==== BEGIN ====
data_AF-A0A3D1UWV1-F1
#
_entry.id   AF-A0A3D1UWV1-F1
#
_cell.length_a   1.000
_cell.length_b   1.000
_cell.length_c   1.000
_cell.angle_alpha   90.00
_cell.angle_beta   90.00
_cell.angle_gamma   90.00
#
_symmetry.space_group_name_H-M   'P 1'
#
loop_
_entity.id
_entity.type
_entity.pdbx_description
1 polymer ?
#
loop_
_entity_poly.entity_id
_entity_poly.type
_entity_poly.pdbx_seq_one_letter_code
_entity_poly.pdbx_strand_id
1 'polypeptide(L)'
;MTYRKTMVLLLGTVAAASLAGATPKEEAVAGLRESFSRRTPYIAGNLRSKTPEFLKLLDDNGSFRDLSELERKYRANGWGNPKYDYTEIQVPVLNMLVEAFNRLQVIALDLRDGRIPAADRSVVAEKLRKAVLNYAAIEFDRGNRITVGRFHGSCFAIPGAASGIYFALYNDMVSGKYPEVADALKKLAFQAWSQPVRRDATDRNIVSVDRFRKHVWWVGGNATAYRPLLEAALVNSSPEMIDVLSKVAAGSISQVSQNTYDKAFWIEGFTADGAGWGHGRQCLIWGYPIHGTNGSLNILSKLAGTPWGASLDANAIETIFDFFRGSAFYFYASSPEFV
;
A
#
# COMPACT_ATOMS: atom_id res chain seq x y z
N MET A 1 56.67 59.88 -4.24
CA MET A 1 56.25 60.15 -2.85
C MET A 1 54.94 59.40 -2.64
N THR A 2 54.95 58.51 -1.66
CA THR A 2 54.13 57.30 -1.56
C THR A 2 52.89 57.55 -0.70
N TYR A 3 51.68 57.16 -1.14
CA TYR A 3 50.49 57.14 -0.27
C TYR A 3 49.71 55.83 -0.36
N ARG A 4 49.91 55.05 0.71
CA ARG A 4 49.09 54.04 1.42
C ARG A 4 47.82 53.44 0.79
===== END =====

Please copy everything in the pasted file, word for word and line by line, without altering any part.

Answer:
data_AF-A0A3D1UWV1-F1
#
_entry.id   AF-A0A3D1UWV1-F1
#
_cell.length_a   1.000
_cell.length_b   1.000
_cell.length_c   1.000
_cell.angle_alpha   90.00
_cell.angle_beta   90.00
_cell.angle_gamma   90.00
#
_symmetry.space_group_name_H-M   'P 1'
#
loop_
_entity.id
_entity.type
_entity.pdbx_description
1 polymer ?
#
loop_
_entity_poly.entity_id
_entity_poly.type
_entity_poly.pdbx_seq_one_letter_code
_entity_poly.pdbx_strand_id
1 'polypeptide(L)'
;MTYRKTMVLLLGTVAAASLAGATPKEEAVAGLRESFSRRTPYIAGNLRSKTPEFLKLLDDNGSFRDLSELERKYRANGWGNPKYDYTEIQVPVLNMLVEAFNRLQVIALDLRDGRIPAADRSVVAEKLRKAVLNYAAIEFDRGNRITVGRFHGSCFAIPGAASGIYFALYNDMVSGKYPEVADALKKLAFQAWSQPVRRDATDRNIVSVDRFRKHVWWVGGNATAYRPLLEAALVNSSPEMIDVLSKVAAGSISQVSQNTYDKAFWIEGFTADGAGWGHGRQCLIWGYPIHGTNGSLNILSKLAGTPWGASLDANAIETIFDFFRGSAFYFYASSPEFV
;
A
#
# COMPACT_ATOMS: atom_id res chain seq x y z
N MET A 1 56.67 59.88 -4.24
CA MET A 1 56.25 60.15 -2.85
C MET A 1 54.94 59.40 -2.64
N THR A 2 54.95 58.51 -1.66
CA THR A 2 54.13 57.30 -1.56
C THR A 2 52.89 57.55 -0.70
N TYR A 3 51.68 57.16 -1.14
CA TYR A 3 50.49 57.14 -0.27
C TYR A 3 49.71 55.83 -0.36
N ARG A 4 49.91 55.05 0.71
CA ARG A 4 49.09 54.04 1.42
C ARG A 4 47.82 53.44 0.79